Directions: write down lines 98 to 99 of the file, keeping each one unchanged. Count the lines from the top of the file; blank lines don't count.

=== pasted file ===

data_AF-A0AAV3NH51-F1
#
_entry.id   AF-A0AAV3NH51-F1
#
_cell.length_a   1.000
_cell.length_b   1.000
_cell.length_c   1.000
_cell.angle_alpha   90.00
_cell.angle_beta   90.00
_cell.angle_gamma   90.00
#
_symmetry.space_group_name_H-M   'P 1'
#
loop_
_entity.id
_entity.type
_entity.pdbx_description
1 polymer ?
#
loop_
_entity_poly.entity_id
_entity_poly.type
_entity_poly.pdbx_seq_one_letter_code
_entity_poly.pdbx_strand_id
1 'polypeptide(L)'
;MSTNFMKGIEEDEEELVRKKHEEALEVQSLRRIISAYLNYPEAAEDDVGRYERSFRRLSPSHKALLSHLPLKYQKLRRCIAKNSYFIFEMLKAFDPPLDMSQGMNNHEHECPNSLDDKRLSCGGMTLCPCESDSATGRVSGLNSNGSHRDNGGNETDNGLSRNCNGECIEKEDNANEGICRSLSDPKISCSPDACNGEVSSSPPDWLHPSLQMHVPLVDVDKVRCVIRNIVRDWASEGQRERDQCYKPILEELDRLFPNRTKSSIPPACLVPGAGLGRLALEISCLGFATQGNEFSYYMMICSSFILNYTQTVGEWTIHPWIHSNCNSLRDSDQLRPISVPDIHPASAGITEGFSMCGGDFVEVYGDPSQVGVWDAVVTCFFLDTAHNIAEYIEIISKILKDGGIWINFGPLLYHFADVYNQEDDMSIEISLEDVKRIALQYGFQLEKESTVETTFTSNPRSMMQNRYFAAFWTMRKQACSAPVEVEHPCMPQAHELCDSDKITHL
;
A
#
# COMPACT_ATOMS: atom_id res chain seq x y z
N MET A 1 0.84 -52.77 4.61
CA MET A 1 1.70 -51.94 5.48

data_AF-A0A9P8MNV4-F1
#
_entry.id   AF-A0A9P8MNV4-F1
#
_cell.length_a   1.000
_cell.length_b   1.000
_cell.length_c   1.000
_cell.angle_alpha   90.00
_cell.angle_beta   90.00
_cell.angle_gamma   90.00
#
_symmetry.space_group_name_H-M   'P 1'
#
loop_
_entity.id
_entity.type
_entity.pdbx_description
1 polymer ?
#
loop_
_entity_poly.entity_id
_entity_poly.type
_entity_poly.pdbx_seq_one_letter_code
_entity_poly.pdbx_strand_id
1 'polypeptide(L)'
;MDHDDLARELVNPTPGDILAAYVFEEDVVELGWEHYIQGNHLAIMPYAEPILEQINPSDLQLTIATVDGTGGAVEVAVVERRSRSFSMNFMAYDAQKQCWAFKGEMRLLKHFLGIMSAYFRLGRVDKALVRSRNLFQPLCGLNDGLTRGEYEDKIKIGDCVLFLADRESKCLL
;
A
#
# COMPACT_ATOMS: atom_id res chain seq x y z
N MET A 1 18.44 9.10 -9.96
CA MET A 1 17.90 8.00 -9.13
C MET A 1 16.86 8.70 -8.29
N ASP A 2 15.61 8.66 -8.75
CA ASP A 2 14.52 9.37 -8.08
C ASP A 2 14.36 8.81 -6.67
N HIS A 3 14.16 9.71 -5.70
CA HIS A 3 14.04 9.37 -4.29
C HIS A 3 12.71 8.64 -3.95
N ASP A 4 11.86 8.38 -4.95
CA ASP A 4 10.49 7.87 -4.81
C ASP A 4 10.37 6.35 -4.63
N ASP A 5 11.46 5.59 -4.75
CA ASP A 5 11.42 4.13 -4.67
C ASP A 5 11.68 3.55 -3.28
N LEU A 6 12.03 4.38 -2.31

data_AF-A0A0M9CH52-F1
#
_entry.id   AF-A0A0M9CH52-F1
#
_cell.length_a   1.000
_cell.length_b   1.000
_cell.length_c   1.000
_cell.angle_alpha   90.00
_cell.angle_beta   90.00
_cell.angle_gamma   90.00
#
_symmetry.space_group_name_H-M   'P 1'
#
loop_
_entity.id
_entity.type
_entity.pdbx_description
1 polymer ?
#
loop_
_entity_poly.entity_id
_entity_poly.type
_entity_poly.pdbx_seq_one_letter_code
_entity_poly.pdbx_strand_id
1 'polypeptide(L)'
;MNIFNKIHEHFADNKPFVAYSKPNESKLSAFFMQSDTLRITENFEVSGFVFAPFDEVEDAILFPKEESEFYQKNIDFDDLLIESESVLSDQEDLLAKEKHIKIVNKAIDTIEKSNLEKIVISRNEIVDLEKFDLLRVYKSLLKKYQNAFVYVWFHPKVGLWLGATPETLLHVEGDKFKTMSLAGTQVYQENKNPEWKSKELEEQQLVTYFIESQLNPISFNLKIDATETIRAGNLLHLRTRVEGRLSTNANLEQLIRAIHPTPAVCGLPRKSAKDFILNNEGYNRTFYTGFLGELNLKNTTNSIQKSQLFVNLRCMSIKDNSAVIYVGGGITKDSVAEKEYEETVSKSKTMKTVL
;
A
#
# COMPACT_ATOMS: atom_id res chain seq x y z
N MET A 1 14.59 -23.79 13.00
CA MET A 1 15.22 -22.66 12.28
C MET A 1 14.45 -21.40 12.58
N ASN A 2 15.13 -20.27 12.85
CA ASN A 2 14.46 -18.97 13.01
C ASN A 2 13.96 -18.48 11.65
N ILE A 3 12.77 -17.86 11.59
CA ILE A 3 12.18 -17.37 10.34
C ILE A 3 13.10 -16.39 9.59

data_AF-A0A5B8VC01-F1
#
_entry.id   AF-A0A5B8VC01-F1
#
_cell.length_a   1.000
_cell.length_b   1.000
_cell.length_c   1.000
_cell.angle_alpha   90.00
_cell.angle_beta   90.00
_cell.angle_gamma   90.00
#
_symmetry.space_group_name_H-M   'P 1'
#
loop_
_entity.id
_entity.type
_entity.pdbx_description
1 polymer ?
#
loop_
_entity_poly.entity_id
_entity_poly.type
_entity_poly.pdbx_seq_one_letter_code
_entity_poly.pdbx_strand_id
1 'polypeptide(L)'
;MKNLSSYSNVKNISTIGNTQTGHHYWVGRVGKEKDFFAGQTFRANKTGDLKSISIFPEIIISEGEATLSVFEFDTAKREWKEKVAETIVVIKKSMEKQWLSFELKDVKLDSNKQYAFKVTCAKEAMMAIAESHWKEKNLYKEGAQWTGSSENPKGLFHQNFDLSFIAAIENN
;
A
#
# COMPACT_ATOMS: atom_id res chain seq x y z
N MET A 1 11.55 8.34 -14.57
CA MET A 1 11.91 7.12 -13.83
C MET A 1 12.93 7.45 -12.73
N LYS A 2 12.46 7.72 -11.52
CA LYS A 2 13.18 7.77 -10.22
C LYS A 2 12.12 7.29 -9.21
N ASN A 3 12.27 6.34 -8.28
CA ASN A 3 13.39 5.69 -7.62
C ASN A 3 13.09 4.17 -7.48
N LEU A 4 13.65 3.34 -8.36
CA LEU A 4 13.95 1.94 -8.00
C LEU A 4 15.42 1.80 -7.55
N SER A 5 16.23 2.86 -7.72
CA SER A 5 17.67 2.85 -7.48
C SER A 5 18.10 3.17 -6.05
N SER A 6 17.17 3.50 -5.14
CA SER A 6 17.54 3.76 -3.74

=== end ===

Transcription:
loop_
_entity_poly.entity_id